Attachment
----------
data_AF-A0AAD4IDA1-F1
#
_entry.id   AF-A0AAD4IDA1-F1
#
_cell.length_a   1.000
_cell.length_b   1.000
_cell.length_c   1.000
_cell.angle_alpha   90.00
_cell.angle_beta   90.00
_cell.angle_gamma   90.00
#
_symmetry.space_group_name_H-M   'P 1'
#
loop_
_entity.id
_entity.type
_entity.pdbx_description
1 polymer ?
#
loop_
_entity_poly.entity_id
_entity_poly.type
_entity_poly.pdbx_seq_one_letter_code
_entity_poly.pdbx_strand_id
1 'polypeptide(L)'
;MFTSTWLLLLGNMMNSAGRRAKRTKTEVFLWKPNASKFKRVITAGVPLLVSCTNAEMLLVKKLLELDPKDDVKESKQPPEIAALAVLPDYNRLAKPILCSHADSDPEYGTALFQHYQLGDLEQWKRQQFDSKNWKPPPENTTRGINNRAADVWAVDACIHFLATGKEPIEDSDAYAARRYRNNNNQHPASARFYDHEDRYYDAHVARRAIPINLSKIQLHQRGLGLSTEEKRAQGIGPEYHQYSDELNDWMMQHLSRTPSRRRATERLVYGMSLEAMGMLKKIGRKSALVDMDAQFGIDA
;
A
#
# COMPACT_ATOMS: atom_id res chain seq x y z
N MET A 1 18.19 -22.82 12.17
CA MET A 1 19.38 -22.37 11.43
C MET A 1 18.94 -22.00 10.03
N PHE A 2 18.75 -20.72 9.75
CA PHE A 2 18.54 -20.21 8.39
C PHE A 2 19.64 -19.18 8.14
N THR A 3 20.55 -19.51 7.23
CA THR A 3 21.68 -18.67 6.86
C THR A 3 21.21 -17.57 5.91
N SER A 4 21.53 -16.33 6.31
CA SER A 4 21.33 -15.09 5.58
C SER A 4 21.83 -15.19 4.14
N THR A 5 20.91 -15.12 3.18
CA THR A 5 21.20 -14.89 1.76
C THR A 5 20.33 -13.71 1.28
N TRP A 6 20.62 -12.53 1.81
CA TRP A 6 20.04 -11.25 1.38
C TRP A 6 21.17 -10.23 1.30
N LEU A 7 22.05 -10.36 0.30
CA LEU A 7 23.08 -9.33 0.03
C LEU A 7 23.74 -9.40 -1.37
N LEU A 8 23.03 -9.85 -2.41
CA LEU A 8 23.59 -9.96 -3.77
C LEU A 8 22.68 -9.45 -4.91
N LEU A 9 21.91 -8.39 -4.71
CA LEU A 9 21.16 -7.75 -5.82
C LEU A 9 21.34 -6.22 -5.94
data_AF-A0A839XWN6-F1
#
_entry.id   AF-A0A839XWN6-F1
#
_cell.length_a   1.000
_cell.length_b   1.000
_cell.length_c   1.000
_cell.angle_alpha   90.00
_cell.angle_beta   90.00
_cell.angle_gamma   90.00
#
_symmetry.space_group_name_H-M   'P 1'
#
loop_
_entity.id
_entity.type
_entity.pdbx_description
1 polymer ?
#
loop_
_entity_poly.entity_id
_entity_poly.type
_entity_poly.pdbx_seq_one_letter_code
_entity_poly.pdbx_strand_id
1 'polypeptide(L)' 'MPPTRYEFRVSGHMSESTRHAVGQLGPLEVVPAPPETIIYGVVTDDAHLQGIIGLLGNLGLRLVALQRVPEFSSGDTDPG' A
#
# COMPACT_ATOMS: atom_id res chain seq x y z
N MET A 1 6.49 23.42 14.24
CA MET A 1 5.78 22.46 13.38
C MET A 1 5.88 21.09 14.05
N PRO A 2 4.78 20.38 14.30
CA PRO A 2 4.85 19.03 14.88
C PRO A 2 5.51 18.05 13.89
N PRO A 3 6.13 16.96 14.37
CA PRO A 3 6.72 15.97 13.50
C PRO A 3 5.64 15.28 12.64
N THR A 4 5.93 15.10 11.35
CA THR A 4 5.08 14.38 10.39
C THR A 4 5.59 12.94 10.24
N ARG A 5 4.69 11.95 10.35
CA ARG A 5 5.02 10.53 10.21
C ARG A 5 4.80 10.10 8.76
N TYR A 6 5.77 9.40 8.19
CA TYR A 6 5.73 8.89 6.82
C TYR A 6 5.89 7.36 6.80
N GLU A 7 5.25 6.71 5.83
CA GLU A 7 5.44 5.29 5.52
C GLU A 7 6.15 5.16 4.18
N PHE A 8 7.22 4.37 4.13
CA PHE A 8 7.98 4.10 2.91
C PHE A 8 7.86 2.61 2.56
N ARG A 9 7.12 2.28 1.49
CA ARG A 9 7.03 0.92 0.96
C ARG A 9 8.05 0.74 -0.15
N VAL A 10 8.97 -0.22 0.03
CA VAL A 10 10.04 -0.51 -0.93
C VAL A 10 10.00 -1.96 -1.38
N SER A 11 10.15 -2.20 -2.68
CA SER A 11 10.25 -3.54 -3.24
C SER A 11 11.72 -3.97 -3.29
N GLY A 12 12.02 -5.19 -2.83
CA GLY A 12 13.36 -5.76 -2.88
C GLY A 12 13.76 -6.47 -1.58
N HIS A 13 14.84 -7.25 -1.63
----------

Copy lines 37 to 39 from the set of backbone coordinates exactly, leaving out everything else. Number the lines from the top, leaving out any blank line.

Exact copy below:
N THR A 3 20.55 -19.51 7.23
CA THR A 3 21.68 -18.67 6.86
C THR A 3 21.21 -17.57 5.91